Similarly, Messianic Israel/Ephraim must go through the same process. The good news is that the kingdom of Israel will rise up. Jacob will get transformed into Israel. How can we be so sure of this? Because IT IS WRITTEN in YHVH’s Word! The two houses of Israel will have to learn to dance with each other before they can dance on their wedding day with King Shlomo (or Solomon, which is derived from the Hebrew word shalom)/Yeshua Sar Shalom (Prince of Peace)—their heavenly Bridegroom. Only then can we become the bride of Yeshua—like the Shulamite (also from shalom) was to Solomon—when we have found peace within ourselves and each other as the Song of Solomon (shalom) and Genesis 32 depict.
Jacob’s trouble was a phase through which the self-confident and self-reliant Jacob had to go. The humbling of Jacob was necessary, for he was a self-made man who had started 20 years earlier penniless, homeless and in disgrace as an exile in a foreign land, and through his own effort had now amassed a small fortune along with wives and children.
En route westward back to Canaan, Jacob went through a wilderness experience, as the children of his namesake would do several generations later. What type of individuals does YHVH not permit and permit to enter into the land of promise? The answers are in Hebrews 4:1–11 where the writer speaks of doubt and unbelief, faithlessness, hardness of heart and not resting in YHVH, but reliance in the works of our flesh instead as factors keeping the Israelites out of the Promised Land. To come home, like the prodigal son in the parable of Yeshua, to the home of his earthly parents and to that of his Heavenly Father (Beth-el or House of El) what was required of Jacob? He had to manifest brokenness, humility, a new identity, repentance, and make restitution for past sins committed against others (Gen 34).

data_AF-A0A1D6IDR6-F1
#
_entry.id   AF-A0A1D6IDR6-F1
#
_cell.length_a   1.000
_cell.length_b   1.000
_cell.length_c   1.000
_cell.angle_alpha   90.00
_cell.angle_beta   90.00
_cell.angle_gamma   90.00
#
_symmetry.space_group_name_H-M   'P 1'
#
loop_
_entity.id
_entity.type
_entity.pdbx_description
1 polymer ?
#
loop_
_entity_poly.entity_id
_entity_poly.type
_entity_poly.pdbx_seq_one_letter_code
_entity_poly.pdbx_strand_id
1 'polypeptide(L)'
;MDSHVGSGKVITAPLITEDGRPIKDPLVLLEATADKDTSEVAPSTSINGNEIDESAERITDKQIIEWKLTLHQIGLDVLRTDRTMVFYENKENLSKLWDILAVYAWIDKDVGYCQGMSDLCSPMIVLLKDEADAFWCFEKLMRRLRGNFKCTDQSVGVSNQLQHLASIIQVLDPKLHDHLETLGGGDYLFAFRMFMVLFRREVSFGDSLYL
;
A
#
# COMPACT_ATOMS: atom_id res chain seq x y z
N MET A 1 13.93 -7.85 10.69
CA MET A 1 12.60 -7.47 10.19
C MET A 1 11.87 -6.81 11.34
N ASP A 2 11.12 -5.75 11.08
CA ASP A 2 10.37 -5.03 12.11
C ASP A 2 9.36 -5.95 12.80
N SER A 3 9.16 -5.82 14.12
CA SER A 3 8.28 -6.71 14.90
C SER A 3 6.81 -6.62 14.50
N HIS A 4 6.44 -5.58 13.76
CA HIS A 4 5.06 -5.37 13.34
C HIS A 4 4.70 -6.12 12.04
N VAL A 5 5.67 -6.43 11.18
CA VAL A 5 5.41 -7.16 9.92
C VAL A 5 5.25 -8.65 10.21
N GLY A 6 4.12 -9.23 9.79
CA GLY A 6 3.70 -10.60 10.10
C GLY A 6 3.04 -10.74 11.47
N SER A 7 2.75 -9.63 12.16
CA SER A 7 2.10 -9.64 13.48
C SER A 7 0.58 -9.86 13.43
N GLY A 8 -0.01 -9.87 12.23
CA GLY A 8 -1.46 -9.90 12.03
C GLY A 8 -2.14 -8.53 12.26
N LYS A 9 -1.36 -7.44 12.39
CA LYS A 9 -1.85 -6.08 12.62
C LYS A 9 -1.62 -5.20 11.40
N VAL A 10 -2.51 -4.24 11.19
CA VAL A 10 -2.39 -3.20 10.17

End-time Israel is following in their father Jacob’s footsteps leaving their exile and captivity in Babylon (false religious systems—both Christian and Jewish, which contain a mixture of both good and evil, see Rev 18:4), returning westward across the Jordan River into the land of promise, to their spiritual inheritance, which is defined in terms of YHVH’s covenants with Israel (Eph 2:12–14). YHVH is calling out a growing remnant of redeemed believers to do just that in our time. Jacob’s life is a prophetic road map of what each individual believer must go through to obtain his spiritual inheritance. Furthermore, Jacob’s life is not only a prophetic picture of what all Israelites individually must experience, but also of what all Israel collectively or nationally, must go through.